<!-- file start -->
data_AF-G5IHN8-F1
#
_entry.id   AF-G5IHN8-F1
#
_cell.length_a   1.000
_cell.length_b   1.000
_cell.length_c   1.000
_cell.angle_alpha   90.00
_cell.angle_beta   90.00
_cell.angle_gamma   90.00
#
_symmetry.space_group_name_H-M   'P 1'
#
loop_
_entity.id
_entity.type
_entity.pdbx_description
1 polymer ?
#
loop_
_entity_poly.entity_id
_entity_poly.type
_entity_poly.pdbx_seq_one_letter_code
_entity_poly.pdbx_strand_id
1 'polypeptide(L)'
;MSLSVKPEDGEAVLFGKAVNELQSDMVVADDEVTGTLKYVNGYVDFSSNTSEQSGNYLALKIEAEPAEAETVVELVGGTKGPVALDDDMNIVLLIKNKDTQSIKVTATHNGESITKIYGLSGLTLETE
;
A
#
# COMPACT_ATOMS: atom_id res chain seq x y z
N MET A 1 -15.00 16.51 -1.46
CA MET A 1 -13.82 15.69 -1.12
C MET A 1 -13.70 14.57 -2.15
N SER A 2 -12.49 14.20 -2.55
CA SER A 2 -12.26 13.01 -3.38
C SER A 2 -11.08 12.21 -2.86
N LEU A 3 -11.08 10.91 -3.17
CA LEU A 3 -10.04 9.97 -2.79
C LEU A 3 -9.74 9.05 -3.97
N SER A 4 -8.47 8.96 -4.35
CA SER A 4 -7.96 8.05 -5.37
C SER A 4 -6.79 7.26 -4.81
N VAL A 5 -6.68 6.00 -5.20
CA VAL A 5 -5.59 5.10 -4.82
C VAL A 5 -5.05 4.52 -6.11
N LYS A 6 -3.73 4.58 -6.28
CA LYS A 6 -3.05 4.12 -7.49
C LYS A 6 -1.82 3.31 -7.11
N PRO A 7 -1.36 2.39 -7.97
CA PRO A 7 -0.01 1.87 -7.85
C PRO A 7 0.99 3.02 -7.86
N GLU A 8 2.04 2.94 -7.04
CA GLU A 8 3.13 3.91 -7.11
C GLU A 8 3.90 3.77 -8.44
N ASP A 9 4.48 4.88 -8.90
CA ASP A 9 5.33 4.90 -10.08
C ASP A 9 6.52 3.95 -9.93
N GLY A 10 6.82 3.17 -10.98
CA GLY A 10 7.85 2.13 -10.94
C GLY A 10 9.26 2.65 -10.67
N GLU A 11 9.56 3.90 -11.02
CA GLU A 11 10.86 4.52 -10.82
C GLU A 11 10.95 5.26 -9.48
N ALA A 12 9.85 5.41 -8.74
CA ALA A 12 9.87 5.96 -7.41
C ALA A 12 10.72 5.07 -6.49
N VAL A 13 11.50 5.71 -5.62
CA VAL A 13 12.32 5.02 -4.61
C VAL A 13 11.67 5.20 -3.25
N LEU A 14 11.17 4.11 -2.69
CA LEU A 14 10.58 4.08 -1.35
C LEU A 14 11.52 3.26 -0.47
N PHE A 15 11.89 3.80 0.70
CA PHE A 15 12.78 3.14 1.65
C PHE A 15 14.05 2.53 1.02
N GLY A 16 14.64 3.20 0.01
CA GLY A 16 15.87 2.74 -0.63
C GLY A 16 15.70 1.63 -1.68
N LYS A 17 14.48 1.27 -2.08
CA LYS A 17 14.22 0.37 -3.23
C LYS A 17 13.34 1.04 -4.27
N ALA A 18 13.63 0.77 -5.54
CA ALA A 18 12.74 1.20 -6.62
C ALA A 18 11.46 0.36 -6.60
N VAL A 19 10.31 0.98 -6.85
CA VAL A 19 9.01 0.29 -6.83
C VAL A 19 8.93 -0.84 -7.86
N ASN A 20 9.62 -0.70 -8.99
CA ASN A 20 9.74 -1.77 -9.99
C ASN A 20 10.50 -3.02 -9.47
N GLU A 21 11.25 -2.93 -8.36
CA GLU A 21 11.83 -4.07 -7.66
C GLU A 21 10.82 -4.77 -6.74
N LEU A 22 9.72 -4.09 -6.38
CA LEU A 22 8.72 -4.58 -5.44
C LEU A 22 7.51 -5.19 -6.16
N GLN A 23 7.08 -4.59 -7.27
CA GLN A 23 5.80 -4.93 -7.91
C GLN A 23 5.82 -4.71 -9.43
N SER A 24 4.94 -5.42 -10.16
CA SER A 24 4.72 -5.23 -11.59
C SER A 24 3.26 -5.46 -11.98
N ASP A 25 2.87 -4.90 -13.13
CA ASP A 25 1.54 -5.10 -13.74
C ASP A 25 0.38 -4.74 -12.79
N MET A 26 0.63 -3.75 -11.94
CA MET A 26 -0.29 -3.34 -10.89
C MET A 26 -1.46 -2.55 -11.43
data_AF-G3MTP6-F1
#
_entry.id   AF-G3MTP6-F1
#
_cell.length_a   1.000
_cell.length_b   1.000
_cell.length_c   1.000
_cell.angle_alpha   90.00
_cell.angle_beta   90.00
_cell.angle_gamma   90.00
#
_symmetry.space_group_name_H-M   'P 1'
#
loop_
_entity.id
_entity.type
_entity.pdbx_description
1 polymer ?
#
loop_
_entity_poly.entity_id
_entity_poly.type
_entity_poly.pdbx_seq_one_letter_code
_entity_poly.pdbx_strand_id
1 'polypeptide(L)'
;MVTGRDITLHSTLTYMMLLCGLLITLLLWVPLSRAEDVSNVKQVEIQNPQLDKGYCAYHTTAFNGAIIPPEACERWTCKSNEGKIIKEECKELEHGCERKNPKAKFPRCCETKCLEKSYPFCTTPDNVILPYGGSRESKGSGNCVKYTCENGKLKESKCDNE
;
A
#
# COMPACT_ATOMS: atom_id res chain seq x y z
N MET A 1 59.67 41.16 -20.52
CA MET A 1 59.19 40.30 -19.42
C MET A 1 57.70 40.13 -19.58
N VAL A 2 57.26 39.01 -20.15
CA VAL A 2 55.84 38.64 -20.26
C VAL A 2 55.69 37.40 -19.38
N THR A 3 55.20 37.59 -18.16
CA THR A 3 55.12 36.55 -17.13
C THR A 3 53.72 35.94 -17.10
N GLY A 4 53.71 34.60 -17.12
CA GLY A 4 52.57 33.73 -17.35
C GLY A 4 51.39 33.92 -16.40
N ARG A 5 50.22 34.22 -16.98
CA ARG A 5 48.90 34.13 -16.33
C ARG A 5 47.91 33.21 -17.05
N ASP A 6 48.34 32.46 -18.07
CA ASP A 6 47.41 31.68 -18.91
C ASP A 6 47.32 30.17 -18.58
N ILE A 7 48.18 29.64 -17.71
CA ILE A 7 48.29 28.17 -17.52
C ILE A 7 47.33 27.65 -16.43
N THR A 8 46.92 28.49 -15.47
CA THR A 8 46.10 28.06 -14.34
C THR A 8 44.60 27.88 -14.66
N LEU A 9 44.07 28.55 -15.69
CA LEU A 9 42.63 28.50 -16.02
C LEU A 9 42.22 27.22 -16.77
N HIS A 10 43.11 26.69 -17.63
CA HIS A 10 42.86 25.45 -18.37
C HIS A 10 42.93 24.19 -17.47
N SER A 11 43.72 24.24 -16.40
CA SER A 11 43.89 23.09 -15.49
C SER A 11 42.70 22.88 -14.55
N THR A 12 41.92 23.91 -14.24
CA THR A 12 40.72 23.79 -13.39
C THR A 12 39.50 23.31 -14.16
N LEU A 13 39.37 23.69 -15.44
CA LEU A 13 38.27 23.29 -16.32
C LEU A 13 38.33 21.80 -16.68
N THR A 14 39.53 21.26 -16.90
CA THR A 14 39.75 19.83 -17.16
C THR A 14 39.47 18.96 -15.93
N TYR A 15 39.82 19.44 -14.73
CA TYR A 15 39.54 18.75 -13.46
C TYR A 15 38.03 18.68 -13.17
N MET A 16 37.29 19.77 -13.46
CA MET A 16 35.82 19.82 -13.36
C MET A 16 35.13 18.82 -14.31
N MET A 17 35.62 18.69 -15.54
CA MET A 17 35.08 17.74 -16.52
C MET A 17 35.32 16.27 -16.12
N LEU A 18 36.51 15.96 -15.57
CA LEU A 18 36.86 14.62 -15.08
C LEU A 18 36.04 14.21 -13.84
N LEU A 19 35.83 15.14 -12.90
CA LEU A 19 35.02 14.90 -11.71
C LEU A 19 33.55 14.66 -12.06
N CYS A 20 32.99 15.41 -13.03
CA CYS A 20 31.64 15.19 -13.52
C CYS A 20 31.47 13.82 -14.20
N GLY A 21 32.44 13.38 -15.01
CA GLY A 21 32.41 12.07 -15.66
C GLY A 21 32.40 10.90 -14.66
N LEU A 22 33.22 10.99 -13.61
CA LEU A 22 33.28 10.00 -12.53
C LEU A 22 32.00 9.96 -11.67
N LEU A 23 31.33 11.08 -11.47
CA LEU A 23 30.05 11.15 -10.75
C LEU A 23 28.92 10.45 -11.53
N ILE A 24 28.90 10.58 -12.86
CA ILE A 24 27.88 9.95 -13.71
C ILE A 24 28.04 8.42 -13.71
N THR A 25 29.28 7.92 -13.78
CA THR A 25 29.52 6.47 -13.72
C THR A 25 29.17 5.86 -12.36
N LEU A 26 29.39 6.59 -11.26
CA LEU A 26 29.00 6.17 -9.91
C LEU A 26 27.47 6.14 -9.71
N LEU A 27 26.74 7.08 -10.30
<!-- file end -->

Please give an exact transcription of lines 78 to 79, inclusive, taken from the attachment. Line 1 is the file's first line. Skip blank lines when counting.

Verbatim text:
C GLY A 16 15.70 1.63 -1.68
N LYS A 17 14.48 1.27 -2.08